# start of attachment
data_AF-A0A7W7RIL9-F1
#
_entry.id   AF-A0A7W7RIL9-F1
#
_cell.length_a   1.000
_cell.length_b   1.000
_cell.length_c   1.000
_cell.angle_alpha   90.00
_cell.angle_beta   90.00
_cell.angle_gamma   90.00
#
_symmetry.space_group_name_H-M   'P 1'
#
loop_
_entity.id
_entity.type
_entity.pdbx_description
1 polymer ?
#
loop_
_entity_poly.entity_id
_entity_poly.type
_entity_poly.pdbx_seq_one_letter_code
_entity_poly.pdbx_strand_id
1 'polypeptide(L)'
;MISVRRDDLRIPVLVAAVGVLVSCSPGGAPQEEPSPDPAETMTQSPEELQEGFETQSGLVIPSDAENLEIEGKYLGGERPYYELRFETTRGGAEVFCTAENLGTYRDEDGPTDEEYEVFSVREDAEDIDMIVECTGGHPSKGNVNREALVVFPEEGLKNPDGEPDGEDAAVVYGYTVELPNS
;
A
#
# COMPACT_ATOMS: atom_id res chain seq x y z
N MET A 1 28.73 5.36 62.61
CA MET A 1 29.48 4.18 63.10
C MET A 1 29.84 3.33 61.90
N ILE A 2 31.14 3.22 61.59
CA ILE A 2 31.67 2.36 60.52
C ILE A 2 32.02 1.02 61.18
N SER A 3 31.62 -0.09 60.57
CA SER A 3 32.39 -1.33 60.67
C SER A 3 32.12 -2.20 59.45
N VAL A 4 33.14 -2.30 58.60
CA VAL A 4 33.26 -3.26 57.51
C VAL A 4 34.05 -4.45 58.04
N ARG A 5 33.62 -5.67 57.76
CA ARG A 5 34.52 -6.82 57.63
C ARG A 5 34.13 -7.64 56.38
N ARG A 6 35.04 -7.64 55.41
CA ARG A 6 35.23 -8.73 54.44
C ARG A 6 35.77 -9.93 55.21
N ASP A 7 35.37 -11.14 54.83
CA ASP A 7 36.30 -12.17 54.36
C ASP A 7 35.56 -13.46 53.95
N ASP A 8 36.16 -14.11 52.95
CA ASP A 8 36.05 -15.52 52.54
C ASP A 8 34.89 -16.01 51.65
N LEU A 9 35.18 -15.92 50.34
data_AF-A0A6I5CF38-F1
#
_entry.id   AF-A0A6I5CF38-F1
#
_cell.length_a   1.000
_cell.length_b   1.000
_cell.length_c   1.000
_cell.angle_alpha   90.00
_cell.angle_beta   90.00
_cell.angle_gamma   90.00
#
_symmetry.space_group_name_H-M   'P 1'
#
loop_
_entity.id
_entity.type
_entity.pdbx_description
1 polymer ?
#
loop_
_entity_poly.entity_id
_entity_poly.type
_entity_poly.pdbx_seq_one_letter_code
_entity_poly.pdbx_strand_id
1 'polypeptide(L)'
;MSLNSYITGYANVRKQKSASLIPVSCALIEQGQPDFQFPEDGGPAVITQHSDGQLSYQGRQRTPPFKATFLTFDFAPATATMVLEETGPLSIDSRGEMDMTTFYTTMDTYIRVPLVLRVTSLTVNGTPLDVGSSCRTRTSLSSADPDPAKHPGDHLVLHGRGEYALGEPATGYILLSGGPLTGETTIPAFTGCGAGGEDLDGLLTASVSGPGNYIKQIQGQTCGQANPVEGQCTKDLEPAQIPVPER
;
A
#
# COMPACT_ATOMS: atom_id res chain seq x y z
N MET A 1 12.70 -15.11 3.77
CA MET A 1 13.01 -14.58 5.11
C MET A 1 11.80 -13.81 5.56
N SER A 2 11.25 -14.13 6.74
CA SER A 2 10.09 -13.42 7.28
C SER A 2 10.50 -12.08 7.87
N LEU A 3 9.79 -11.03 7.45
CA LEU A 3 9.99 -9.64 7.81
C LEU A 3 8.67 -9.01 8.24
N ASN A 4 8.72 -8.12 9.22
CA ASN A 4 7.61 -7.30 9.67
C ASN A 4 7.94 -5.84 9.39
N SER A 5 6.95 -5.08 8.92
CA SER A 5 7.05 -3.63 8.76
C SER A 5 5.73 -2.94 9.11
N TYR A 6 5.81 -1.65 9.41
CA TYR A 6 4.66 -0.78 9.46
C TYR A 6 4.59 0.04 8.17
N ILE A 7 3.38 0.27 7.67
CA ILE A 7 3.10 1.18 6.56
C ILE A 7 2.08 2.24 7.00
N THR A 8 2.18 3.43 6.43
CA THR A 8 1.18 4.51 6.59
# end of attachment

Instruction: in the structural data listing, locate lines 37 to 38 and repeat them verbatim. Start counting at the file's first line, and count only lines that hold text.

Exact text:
N SER A 3 31.62 -0.09 60.57
CA SER A 3 32.39 -1.33 60.67